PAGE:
Finding His Voice: Alan Di Sciullo on Straying from the Status Quo, Starting the Voice

Finding His Voice: Alan Di Sciullo on Straying from the Status Quo, Starting the Voice

By:
02/01/2019

“We wanted to start something more dynamic,” Alan Di Sciullo (COL ’72, L ’77) said, reflecting on the beginnings of The Georgetown Voice. “The experience of being managing editor of a college paper, especially one that was growing the way we were, was a tremendous experience.”

The Voice’s growth was propelled by a radicalized environment of student protests on campus and nationwide in the late ’60s. That’s when Di Sciullo, who was a sports writer, Stephen Pisinski (COL ’71), and a group of editors split from The Hoya over the newspaper’s restrictive scope and conservative editorial angle. Di Sciullo co-authored the first editorial in the inaugural issue of the Voice published on March 4, 1969. The editorial articulated the new paper’s goal to expand its content to encompass off-campus news that affected students and to cover issues in a more “liberal light.”

“We promise to present and analyze national and local issues of concern to the student, whose concern should spread beyond the campus,” wrote Di Sciullo and his co-authors. “We shall attempt with all our energy to inform the community, to make the community conscious of controversial subjects by an open presentation and discussion of relevant issues, to communicate a culture, and to entertain our readers.”

They quickly realized, however, that starting a new publication from the ground up required far more work than reforming the existing one.

While it was a team effort, Di Sciullo said much of the Voice’s initial success should be credited to Pisinski, its first editor-in-chief. “Steve was a straight arrow,” Di Sciullo said of his friend and colleague. “He was down to earth, not flamboyant. He ran a tight ship.”

Di Sciullo, who served as both the business and managing editor, said the Voice had a tangible impact on the Georgetown community during the political and social unrest of the late ’60s. The new paper created a pathway for more forums, more opinions, and more voices.

Though they were not necessarily on the same side of the political spectrum, Di Sciullo recalled that members of the Voice always promoted collaboration and cooperation. He cited his close relationship with fellow Voice member Rick Newcombe (COL ’72), editor-in-chief from 1971 to 1972,  as a good example of this. “Rick was from a conservative family,” Di Sciullo said. “I was probably more middle of the road, slightly liberal.” However, the two successfully navigated their political differences to function as a unit on the publication. Di Sciullo said that the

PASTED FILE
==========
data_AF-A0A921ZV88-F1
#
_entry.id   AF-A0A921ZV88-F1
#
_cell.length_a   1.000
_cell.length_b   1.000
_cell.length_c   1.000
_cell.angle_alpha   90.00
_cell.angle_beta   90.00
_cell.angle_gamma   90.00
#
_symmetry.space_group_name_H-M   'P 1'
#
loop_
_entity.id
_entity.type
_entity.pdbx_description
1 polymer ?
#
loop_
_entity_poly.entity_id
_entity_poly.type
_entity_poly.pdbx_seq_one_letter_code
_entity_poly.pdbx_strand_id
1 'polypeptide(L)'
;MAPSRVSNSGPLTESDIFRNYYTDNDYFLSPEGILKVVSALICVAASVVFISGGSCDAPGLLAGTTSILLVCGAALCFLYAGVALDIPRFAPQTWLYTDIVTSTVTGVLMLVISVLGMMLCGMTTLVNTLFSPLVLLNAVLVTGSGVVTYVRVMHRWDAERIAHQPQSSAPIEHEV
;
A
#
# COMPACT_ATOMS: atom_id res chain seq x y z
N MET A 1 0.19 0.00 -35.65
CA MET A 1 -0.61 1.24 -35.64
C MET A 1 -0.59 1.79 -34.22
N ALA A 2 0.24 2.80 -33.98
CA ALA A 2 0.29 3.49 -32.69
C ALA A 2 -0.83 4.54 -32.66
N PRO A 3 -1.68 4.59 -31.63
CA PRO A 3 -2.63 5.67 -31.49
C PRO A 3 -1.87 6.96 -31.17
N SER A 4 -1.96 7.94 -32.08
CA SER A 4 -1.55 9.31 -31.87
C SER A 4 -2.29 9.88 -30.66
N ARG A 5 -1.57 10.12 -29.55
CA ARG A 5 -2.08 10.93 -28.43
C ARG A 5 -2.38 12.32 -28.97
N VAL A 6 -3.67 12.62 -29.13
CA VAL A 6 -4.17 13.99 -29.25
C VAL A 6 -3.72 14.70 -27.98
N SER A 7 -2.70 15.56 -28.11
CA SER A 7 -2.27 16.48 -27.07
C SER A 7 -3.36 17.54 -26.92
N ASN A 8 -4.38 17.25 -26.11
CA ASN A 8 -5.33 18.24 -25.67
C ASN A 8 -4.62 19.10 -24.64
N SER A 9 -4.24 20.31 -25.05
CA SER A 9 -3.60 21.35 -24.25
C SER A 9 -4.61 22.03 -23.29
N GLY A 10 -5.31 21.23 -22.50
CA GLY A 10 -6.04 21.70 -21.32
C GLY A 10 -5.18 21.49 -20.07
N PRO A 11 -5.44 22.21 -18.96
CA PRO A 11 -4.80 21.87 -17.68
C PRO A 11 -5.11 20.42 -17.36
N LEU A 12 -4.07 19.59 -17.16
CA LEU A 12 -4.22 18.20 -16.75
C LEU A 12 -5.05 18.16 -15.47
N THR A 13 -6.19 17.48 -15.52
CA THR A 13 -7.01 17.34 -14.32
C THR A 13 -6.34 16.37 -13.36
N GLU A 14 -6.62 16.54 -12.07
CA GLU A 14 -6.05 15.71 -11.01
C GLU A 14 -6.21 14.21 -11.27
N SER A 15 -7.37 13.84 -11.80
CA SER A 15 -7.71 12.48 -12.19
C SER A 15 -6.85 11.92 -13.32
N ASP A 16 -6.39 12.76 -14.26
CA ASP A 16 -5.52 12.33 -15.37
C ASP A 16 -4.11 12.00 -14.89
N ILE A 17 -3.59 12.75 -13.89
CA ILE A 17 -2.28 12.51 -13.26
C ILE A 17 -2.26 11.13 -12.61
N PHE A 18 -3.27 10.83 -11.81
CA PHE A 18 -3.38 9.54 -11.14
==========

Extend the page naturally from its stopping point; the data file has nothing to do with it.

Voice’s ability to fairly represent a variety of political views reflected Georgetown itself, which he believes is a place where different points of view are accepted.

Di Sciullo’s favorite part of student journalism was having a voice and being able to tell a story. At the Voice, he could write about events beyond campus and in the city. He said it was for this extended scope that people welcomed the Voice, despite it being a new and unfamiliar paper compared to The Hoya’s already 50-year history. “People liked it,” Di Sciullo said. “It was novel at the time, a little bit edgy.”

Since his time with the Voice, Di Sciullo has written upwards of 50 professional articles and has co-authored a book on real-estate legal issues, his area of expertise. In addition to his job as a real estate attorney in New York, Di Sciullo earned the title of Super Lawyer in 2008, was elected vice chair of the American Bar Association’s Real Property Trust and Estate, and is currently the director of global real estate for Shearman & Sterling LLP.

To this day, Di Sciullo credits the Voice with giving him various skills that he carried with him through his undergraduate studies, Georgetown Law, and beyond. “I learned to work with facts, which I have to do in law. I learned to be more comfortable with writing, which I had to do in briefs,” Di Sciullo said. “I knew that if I was going to go to law school, I had to learn how to write.” He added that attending Georgetown gave him the “direction and confidence” that he needed later in his life.

With the 50th anniversary of the Voice approaching in March, Di Sciullo is proud that the paper has been able to continue. “Time has shown that there is a place for two newspapers at Georgetown,” he said.

After the Voice’s founding, The Hoya began to expand its reporting to news across the city to match the new publication’s reach. Di Sciullo remembered that in 1970,The Hoya approached the Voice and proposed a merger. The Hoya publicized their proposal in a front-page article on Nov. 12, 1970, where Don Casper (COL ’70), The Hoya’s editor-in-chief, claimed that the “ideological differences that lead to the founding of the Voice no longer exist.” Although Di Sciullo, Pisinski, Newcombe, and other Voice members discussed the idea, they eventually rejected the offer because they were excited about the direction the Voice’s coverage was moving in, compared to their former paper. “We were scrapping for ourselves and our existence and reaching an audience,” Di Sciullo said.

“They were the status quo. We had momentum on our side.”

Image Credits: Courtesy Alan Di Sciullo

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Harshini Velraj


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